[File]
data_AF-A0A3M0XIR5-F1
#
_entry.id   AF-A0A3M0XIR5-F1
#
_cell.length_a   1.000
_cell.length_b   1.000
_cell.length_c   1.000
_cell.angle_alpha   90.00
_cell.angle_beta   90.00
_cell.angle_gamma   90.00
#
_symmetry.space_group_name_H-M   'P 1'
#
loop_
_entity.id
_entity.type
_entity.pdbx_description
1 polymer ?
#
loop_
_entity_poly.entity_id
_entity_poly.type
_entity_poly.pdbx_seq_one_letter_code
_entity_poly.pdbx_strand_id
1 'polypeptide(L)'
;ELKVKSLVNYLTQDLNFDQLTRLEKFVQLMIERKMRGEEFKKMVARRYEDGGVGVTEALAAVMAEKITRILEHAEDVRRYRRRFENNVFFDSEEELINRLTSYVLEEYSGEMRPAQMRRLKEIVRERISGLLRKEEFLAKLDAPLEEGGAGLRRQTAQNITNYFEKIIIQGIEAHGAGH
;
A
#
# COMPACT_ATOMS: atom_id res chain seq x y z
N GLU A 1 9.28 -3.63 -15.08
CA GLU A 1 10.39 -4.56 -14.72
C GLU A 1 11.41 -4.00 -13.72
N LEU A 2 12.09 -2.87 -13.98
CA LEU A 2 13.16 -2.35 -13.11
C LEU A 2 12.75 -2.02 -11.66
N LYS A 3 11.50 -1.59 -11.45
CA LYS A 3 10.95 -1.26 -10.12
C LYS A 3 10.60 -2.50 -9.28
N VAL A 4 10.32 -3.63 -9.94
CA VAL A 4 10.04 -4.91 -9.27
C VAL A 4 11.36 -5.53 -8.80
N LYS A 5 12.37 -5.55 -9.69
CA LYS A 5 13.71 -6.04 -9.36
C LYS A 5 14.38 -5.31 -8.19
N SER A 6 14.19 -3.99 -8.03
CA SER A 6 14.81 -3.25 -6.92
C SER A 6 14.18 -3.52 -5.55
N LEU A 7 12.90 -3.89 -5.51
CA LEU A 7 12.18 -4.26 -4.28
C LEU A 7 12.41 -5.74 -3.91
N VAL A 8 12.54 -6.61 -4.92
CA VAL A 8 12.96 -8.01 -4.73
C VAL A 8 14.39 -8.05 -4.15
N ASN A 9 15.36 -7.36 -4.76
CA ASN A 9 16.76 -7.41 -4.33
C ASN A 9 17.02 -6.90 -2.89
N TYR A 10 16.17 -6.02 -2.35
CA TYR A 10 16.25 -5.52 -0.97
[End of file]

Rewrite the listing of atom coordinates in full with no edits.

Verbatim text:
data_AF-A0A3M0XIR5-F1
#
_entry.id   AF-A0A3M0XIR5-F1
#
_cell.length_a   1.000
_cell.length_b   1.000
_cell.length_c   1.000
_cell.angle_alpha   90.00
_cell.angle_beta   90.00
_cell.angle_gamma   90.00
#
_symmetry.space_group_name_H-M   'P 1'
#
loop_
_entity.id
_entity.type
_entity.pdbx_description
1 polymer ?
#
loop_
_entity_poly.entity_id
_entity_poly.type
_entity_poly.pdbx_seq_one_letter_code
_entity_poly.pdbx_strand_id
1 'polypeptide(L)'
;ELKVKSLVNYLTQDLNFDQLTRLEKFVQLMIERKMRGEEFKKMVARRYEDGGVGVTEALAAVMAEKITRILEHAEDVRRYRRRFENNVFFDSEEELINRLTSYVLEEYSGEMRPAQMRRLKEIVRERISGLLRKEEFLAKLDAPLEEGGAGLRRQTAQNITNYFEKIIIQGIEAHGAGH
;
A
#
# COMPACT_ATOMS: atom_id res chain seq x y z
N GLU A 1 9.28 -3.63 -15.08
CA GLU A 1 10.39 -4.56 -14.72
C GLU A 1 11.41 -4.00 -13.72
N LEU A 2 12.09 -2.87 -13.98
CA LEU A 2 13.16 -2.35 -13.11
C LEU A 2 12.75 -2.02 -11.66
N LYS A 3 11.50 -1.59 -11.45
CA LYS A 3 10.95 -1.26 -10.12
C LYS A 3 10.60 -2.50 -9.28
N VAL A 4 10.32 -3.63 -9.94
CA VAL A 4 10.04 -4.91 -9.27
C VAL A 4 11.36 -5.53 -8.80
N LYS A 5 12.37 -5.55 -9.69
CA LYS A 5 13.71 -6.04 -9.36
C LYS A 5 14.38 -5.31 -8.19
N SER A 6 14.19 -3.99 -8.03
CA SER A 6 14.81 -3.25 -6.92
C SER A 6 14.18 -3.52 -5.55
N LEU A 7 12.90 -3.89 -5.51
CA LEU A 7 12.18 -4.26 -4.28
C LEU A 7 12.41 -5.74 -3.91
N VAL A 8 12.54 -6.61 -4.92
CA VAL A 8 12.96 -8.01 -4.73
C VAL A 8 14.39 -8.05 -4.15
N ASN A 9 15.36 -7.36 -4.76
CA ASN A 9 16.76 -7.41 -4.33
C ASN A 9 17.02 -6.90 -2.89
N TYR A 10 16.17 -6.02 -2.35
CA TYR A 10 16.25 -5.52 -0.97